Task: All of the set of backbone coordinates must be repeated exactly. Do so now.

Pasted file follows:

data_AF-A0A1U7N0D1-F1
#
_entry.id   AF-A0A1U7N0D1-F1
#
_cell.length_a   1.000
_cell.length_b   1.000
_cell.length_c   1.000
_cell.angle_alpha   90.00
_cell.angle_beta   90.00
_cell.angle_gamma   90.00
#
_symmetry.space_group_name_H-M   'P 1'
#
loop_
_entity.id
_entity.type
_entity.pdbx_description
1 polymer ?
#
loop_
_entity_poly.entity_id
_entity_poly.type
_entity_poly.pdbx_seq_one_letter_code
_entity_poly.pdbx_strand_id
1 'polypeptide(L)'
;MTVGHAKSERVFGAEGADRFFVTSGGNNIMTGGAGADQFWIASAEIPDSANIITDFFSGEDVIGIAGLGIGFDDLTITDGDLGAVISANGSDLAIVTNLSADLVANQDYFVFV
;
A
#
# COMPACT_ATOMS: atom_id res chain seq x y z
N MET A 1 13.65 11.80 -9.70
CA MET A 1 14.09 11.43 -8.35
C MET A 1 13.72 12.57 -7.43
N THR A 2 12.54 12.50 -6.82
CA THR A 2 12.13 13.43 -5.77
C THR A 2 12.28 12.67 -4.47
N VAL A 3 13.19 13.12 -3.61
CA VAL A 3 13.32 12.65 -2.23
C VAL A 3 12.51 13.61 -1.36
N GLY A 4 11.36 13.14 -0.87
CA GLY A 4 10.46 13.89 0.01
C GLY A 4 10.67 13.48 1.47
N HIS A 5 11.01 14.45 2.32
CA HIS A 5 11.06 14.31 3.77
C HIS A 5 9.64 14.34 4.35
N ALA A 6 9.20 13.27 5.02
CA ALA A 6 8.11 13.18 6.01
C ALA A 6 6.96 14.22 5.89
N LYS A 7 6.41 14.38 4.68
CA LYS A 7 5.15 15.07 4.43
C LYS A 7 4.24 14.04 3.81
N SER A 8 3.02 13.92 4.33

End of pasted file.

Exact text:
data_AF-A0A1U7N0D1-F1
#
_entry.id   AF-A0A1U7N0D1-F1
#
_cell.length_a   1.000
_cell.length_b   1.000
_cell.length_c   1.000
_cell.angle_alpha   90.00
_cell.angle_beta   90.00
_cell.angle_gamma   90.00
#
_symmetry.space_group_name_H-M   'P 1'
#
loop_
_entity.id
_entity.type
_entity.pdbx_description
1 polymer ?
#
loop_
_entity_poly.entity_id
_entity_poly.type
_entity_poly.pdbx_seq_one_letter_code
_entity_poly.pdbx_strand_id
1 'polypeptide(L)'
;MTVGHAKSERVFGAEGADRFFVTSGGNNIMTGGAGADQFWIASAEIPDSANIITDFFSGEDVIGIAGLGIGFDDLTITDGDLGAVISANGSDLAIVTNLSADLVANQDYFVFV
;
A
#
# COMPACT_ATOMS: atom_id res chain seq x y z
N MET A 1 13.65 11.80 -9.70
CA MET A 1 14.09 11.43 -8.35
C MET A 1 13.72 12.57 -7.43
N THR A 2 12.54 12.50 -6.82
CA THR A 2 12.13 13.43 -5.77
C THR A 2 12.28 12.67 -4.47
N VAL A 3 13.19 13.12 -3.61
CA VAL A 3 13.32 12.65 -2.23
C VAL A 3 12.51 13.61 -1.36
N GLY A 4 11.36 13.14 -0.87
CA GLY A 4 10.46 13.89 0.01
C GLY A 4 10.67 13.48 1.47
N HIS A 5 11.01 14.45 2.32
CA HIS A 5 11.06 14.31 3.77
C HIS A 5 9.64 14.34 4.35
N ALA A 6 9.20 13.27 5.02
CA ALA A 6 8.11 13.18 6.01
C ALA A 6 6.96 14.22 5.89
N LYS A 7 6.41 14.38 4.68
CA LYS A 7 5.15 15.07 4.43
C LYS A 7 4.24 14.04 3.81
N SER A 8 3.02 13.92 4.33